THE HANDMAID’S TALE Review: “Night”

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As an intimidating black van door closed on Offred in the last few seconds of “Night,” the intimidating black van door closes on season one of THE HANDMAID’S TALE. It’s been a bumpy ride, especially around the middle, but the season finale was reminiscent of the start of the series. It was jarring at times, and a little disjointed, but especially in the last act, the finale brought us back to what made The Handmaid’s Tale a compelling piece of television. Instead of making the mistakes of episodes in the past that focused on an individual man, the finale was at its best when it focused on a collective of women.

Before delving into Offred’s , the most gratifying thing to happen potentially all season was given to us, all thanks to Canada. After a season of worrying if she is alive, and then wondering if she will survive, Moira is finally safe. It didn’t look good at the end of last week, but she escaped to the wonderland of Canada where they have things like refugee services and medical insurance and not forcing women to be raped every month. Seeing Moira actually end up in a safe place gives the kind of relief that is rare on this kind of show. Furthermore, they finally put the character of Luke to good use, as he welcomes Moira in, informing her that she was on his list. Because they are family. Seeing the two of them embrace was almost worth the entire Luke backstory. He holds Moira while she cries of relief, and it feels good to have a moment of emotion and of love between these two characters who have lost so much; Moira is finally safe enough to cry and be held.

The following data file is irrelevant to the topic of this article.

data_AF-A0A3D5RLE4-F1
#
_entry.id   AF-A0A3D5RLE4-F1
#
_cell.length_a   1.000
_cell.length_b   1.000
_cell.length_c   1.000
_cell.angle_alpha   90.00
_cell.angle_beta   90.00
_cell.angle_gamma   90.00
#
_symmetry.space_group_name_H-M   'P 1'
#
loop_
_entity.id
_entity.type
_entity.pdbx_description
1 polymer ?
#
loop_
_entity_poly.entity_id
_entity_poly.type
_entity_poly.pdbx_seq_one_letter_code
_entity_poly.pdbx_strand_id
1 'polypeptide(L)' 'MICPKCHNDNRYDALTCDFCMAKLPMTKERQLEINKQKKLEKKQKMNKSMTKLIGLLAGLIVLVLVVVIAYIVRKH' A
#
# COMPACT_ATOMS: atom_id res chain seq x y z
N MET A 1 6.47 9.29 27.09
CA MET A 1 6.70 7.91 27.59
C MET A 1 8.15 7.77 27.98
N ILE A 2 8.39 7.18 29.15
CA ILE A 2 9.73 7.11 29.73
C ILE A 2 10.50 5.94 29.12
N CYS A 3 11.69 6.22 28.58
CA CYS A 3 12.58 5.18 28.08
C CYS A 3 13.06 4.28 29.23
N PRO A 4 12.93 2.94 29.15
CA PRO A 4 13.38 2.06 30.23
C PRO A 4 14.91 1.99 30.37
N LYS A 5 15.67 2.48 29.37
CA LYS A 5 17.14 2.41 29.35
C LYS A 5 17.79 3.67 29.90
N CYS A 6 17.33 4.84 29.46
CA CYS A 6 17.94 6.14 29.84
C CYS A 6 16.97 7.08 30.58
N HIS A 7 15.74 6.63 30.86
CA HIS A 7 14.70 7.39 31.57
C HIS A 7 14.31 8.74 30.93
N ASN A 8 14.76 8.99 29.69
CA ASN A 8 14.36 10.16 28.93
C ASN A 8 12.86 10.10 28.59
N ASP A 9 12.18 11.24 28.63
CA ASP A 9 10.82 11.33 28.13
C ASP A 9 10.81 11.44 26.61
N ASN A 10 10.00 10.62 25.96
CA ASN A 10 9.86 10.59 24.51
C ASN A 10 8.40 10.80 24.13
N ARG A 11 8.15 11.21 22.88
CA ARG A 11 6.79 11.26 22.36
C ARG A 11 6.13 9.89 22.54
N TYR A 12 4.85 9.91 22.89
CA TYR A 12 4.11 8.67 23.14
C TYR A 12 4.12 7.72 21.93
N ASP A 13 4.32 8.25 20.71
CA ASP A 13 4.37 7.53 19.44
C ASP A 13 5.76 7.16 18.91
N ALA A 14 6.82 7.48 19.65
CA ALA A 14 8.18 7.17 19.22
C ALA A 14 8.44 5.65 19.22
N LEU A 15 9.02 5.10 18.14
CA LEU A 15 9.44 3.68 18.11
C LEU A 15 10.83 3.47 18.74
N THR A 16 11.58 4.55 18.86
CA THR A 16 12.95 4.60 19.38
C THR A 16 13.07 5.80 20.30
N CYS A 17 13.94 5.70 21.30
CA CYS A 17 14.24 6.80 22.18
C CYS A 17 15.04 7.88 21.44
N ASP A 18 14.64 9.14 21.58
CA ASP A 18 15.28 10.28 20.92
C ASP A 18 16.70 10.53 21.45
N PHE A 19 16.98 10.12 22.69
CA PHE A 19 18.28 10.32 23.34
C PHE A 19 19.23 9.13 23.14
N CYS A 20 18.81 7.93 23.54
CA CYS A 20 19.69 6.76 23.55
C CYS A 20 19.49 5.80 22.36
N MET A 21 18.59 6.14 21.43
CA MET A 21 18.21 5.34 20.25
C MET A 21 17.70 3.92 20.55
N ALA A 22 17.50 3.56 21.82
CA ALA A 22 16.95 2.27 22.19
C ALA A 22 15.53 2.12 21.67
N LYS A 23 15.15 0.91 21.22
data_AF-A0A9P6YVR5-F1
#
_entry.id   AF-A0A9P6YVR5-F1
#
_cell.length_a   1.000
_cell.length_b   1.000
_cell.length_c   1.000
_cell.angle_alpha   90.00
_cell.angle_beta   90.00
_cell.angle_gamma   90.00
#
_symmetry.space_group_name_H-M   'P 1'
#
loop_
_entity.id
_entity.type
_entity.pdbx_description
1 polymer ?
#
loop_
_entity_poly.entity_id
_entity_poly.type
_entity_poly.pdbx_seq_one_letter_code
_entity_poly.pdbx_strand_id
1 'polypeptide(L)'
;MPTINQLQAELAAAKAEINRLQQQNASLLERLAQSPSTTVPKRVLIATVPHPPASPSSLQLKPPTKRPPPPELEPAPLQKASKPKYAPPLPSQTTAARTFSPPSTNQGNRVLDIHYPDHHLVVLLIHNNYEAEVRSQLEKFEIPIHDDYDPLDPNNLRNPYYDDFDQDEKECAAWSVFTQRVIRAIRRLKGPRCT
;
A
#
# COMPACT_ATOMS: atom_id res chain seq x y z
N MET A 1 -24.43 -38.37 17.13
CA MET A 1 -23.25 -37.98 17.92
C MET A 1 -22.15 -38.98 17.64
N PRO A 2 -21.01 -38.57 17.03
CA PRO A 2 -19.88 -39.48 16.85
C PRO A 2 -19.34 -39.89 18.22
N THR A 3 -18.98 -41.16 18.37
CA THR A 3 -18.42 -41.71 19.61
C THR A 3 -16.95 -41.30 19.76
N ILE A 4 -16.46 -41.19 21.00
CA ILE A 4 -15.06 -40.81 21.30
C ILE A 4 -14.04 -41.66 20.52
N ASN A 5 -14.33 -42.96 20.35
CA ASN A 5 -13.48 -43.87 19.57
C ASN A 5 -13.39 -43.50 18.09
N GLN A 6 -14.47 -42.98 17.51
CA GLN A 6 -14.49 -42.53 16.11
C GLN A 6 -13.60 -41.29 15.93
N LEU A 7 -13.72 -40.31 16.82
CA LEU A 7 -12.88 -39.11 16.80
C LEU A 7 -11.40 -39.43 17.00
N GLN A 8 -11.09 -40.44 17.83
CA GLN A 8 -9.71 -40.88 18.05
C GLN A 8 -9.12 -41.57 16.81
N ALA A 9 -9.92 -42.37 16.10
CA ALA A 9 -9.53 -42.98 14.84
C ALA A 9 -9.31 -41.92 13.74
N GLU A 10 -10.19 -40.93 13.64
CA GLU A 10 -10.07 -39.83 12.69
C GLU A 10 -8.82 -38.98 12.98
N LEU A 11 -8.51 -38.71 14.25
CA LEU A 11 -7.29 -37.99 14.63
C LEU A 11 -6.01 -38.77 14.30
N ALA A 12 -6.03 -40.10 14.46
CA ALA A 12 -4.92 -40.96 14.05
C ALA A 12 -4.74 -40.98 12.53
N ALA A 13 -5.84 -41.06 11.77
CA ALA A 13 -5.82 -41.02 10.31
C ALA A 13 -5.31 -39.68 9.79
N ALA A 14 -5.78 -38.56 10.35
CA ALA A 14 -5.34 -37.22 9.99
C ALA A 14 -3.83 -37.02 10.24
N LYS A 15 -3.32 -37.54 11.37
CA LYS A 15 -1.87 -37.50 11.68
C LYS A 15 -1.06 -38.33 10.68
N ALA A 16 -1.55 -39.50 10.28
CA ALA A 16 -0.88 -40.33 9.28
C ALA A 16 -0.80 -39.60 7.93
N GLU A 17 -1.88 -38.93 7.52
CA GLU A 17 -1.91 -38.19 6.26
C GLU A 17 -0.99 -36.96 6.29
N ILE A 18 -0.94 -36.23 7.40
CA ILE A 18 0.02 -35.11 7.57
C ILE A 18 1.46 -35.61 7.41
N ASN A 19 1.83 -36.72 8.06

Credit: Hulu

On the other hand, safety seems like a distant dream for Offred. She is on a nonstop ride this episode, with events that probably could have been spaced out over a couple episodes, but at least she is at the center of attention. In the first few minutes, she is at the whim of Serena’s violence once again, after she found out about her and the commander going out and sleeping together. Only one thing could save her from this wrath and that would be if she was pregnant. It turns out to be Offred’s lucky day, as a pregnancy test shows there is indeed a bun in the oven. It’s odd seeing a modern pregnancy test in this strange backwards world, but of course, that’s the piece of technology they need the most.

The reality of her pregnancy means a few things for Offred. One, she is luckily not going to be physically abused by Serena anymore, just mentally. Two, we don’t know who the father is. Three, we don’t really care who the father is. Serena taunts Fred that the baby isn’t his, and Nick thinks it is his as well, but nothing is known for sure. Though Nick exhibits tenderness toward Offred that Fred couldn’t even conceive of, both of these men are still the least interesting part about this show. The real villain, the most intimidating character is in the form of Serena. She takes Offred on an ominous car ride to an ominous building. She leaves Offred in the car while she opens the door to the building to reveal none other than Hannah, Offred’s daughter.

Credit: Hulu

The show is knee deep in campaigning for an Emmy for Elisabeth Moss, and if any scene will give her one, it’s this one. Offred’s joy at seeing Hannah combined with her utter despair at the fact that she cannot see her. Her screams to be let out are futile, and they make Serena even more smug when she enters the car. “Don’t hurt my child and I won’t hurt yours,” she says to Offred who responds with throwing the nastiest words she can at Serena, but it’s to no avail. It’s an emotional masterpiece, but Offred is still overtaken by hopelessness.